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Connhex IAM is a service that manages identities and permissions in Connhex Cloud.


This introduction discusses low-level IAM concepts. For practical abstractions that are enough for most applications, see here and here.

Use cases

Connhex IAM can be used anytime you need to apply logic that involves assigning or enforcing permissions to some entity. Practically speaking, the vast majority of the services composing Connhex Cloud integrates with Connhex IAM.

Key concepts

There are a few definitions that are instrumental in understanding Connhex IAM.

Actions are operations an identity can perform on a resource. Typical actions are creating, reading, updating and deleting resources.

A resource is something upon which actions can be performed. It shouldn't be confused with a Connhex Resource: the IAM resource is much more general. The prime resource example is represented by devices.

The relationship between resources and actions is specified in policies.


A policy is a set of rules that dictates how a given entity behaves.

It describes what actions can be performed on a resource by an identity: for example, it specifies that a user can read and update a set of devices but can't create new ones.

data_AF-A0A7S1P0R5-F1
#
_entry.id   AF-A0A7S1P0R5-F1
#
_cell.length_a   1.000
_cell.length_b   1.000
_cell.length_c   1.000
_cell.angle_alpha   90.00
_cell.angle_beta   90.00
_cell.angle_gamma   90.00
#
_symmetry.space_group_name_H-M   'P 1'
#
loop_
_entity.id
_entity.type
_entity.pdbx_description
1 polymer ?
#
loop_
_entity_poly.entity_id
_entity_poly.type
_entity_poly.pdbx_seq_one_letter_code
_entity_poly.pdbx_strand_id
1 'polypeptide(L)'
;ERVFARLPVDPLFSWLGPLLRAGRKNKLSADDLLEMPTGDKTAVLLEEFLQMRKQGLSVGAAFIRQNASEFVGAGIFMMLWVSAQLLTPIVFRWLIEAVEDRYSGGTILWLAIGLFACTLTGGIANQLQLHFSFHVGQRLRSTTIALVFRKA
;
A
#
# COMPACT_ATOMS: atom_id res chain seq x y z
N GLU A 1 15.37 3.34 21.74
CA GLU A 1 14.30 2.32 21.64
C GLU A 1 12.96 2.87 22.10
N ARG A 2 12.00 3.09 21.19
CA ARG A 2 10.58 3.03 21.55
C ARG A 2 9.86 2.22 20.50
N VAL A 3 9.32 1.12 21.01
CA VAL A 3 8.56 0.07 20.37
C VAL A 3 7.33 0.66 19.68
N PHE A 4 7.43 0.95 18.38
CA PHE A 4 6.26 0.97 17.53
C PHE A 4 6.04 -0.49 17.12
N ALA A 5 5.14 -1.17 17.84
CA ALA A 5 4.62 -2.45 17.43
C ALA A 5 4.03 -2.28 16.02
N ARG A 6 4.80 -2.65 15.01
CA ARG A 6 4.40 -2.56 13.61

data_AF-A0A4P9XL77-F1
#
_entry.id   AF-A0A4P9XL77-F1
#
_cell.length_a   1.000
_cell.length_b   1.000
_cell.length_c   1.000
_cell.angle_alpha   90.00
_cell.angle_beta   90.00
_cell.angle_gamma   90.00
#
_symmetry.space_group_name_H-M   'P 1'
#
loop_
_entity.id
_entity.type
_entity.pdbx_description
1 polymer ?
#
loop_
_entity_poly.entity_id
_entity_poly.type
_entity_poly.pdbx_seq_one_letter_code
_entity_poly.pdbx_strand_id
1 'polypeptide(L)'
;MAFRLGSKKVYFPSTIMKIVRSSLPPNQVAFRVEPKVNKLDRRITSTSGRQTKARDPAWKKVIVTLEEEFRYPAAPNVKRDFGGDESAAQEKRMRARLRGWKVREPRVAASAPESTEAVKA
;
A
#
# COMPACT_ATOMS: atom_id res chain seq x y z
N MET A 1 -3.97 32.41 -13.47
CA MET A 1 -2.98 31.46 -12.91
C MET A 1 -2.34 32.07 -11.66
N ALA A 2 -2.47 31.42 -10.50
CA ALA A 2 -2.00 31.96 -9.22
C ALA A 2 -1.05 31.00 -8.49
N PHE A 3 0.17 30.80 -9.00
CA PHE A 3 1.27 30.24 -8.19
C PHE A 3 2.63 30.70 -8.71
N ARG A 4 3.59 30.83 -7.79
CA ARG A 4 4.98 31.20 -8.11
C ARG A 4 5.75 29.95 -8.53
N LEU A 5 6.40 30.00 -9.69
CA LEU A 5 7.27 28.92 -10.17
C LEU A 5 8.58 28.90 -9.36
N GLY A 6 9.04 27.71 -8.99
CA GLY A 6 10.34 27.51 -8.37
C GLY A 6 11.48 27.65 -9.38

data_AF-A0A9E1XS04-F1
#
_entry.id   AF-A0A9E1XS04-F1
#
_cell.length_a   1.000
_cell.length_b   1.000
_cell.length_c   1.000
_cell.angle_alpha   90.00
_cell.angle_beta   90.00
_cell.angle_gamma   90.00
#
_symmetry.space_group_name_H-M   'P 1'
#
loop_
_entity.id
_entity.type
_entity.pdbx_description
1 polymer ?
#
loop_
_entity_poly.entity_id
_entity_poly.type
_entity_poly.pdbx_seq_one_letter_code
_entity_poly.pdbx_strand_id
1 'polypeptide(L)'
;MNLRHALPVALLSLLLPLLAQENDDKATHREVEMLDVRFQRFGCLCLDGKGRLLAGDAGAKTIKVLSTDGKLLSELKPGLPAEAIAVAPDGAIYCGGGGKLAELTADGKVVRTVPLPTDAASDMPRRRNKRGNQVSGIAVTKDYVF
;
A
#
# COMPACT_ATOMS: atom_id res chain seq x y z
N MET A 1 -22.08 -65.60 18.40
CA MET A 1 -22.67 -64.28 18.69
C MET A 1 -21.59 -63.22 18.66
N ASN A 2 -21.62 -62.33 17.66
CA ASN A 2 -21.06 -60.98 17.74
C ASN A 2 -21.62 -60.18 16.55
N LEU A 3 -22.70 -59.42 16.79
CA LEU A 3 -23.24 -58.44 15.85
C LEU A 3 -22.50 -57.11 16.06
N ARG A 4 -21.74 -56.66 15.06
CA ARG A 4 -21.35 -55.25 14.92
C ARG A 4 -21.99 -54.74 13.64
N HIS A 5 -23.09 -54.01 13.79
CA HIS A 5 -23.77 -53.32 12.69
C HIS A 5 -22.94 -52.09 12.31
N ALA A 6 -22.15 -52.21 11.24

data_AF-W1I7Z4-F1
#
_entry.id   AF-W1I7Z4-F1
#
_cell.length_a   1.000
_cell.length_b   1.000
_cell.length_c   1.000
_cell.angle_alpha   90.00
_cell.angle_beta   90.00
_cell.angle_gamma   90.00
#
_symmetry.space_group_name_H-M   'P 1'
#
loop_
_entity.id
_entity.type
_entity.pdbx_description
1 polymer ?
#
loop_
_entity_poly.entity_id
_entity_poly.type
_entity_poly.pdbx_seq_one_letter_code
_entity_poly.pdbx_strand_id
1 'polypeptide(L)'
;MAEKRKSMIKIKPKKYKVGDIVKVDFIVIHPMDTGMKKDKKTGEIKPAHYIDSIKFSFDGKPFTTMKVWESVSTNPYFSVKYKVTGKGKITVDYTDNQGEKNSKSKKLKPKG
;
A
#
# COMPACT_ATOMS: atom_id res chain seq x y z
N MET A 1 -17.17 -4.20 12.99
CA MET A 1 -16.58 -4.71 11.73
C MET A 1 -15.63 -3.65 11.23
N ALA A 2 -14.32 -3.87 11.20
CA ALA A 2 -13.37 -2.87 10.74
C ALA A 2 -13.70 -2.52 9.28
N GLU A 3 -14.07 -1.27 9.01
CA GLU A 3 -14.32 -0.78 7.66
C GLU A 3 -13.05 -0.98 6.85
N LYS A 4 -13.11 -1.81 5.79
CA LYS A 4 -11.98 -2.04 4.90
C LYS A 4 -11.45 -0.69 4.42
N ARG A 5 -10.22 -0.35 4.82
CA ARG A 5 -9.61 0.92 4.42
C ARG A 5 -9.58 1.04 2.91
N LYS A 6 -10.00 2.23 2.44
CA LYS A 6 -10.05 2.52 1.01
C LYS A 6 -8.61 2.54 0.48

Policies include statements and roles: statements are responsible for tracking the relationship between resources and actions that can (or cannot) be performed over them. There are two types of statements:

  • allow: actions that are permitted on some resources
  • deny: actions that are forbidden on some resources

The reason behind including both types is flexibility: you could apply a set of permissions by assigning a role, then revoke some of these to a certain user through deny statements. Likewise, you could provide a certain user additional permissions over its role through an allow statement.

Handling conflicts in statements

If the same action-resource pair appears in both deny and allow statements, deny prevails.

Statements can be scoped by tenancy and include inline actions: for performance reasons, you should prefer using custom roles rather than inline actions wherever practical.

Why policies?

Why should I bother with policies? They seem to be much more complex than any other user management that comes with an IoT platform!

This is another example of Connhex being dedicated to device manifacturers: in real production use cases, users can't be managed on an equal basis. You'll always have that particular customer that needs a slightly different behaviour: instead of hard-coding an if statement to handle it, Connhex gives you all the tools necessary to satisfy his necessities.

Because we all know that one simple and reasonable exception quickly becomes two, then three, then "we need to rewrite this from scratch".